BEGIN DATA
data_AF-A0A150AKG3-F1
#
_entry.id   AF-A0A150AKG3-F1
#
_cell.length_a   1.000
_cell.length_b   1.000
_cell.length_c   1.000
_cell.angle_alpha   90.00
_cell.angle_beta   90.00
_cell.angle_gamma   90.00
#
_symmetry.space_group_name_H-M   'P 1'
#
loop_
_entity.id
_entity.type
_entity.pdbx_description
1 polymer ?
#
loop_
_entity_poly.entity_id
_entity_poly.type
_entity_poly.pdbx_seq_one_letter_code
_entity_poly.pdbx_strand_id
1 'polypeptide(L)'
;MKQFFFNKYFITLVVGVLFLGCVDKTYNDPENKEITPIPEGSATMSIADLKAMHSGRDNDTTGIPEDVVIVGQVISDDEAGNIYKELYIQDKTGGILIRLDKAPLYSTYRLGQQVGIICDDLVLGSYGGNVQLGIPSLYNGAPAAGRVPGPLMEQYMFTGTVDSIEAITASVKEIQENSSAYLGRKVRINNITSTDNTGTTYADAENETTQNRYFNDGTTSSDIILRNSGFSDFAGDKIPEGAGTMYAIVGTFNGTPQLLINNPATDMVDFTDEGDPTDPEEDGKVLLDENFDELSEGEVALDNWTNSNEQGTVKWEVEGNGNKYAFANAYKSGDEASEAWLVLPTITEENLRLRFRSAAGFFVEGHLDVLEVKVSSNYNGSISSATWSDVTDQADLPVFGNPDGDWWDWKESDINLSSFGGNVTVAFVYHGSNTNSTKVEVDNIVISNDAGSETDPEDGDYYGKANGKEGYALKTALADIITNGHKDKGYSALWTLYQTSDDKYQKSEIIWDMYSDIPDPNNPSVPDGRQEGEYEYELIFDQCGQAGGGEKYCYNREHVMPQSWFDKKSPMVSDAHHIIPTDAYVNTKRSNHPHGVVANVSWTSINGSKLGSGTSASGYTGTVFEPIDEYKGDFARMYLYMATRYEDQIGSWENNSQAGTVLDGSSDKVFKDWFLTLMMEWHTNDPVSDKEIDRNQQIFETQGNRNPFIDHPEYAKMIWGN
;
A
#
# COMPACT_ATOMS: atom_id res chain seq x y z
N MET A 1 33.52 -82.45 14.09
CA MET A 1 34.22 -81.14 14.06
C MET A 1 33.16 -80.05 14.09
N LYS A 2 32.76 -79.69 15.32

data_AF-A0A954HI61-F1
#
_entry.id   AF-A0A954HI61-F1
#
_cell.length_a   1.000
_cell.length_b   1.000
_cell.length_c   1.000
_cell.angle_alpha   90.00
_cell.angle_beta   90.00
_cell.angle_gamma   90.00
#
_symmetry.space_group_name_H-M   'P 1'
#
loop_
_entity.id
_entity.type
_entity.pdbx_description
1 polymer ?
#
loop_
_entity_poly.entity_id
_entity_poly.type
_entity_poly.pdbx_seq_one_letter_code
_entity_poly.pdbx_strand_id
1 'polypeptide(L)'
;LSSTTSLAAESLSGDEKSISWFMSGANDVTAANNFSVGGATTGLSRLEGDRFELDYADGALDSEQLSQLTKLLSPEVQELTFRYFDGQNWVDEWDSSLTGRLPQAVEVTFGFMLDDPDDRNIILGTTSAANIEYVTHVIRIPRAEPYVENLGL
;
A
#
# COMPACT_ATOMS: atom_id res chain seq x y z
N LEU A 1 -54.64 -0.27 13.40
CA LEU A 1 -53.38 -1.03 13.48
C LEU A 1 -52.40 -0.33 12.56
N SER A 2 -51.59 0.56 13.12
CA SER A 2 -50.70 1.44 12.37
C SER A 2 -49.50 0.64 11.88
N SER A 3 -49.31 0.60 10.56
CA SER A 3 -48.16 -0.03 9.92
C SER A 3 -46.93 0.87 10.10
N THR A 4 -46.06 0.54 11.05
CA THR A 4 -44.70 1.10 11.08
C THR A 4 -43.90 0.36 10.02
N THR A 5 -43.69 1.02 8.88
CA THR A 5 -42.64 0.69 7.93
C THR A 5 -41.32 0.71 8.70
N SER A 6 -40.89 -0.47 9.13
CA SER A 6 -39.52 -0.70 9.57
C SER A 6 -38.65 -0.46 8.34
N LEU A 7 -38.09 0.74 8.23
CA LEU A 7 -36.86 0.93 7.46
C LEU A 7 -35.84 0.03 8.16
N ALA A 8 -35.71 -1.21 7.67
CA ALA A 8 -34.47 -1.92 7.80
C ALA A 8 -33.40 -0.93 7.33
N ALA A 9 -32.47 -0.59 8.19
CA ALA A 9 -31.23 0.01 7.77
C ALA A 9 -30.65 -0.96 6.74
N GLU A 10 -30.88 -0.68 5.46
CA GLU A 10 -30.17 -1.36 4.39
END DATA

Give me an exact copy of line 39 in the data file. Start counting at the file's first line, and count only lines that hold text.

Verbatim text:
_cell.length_a   1.000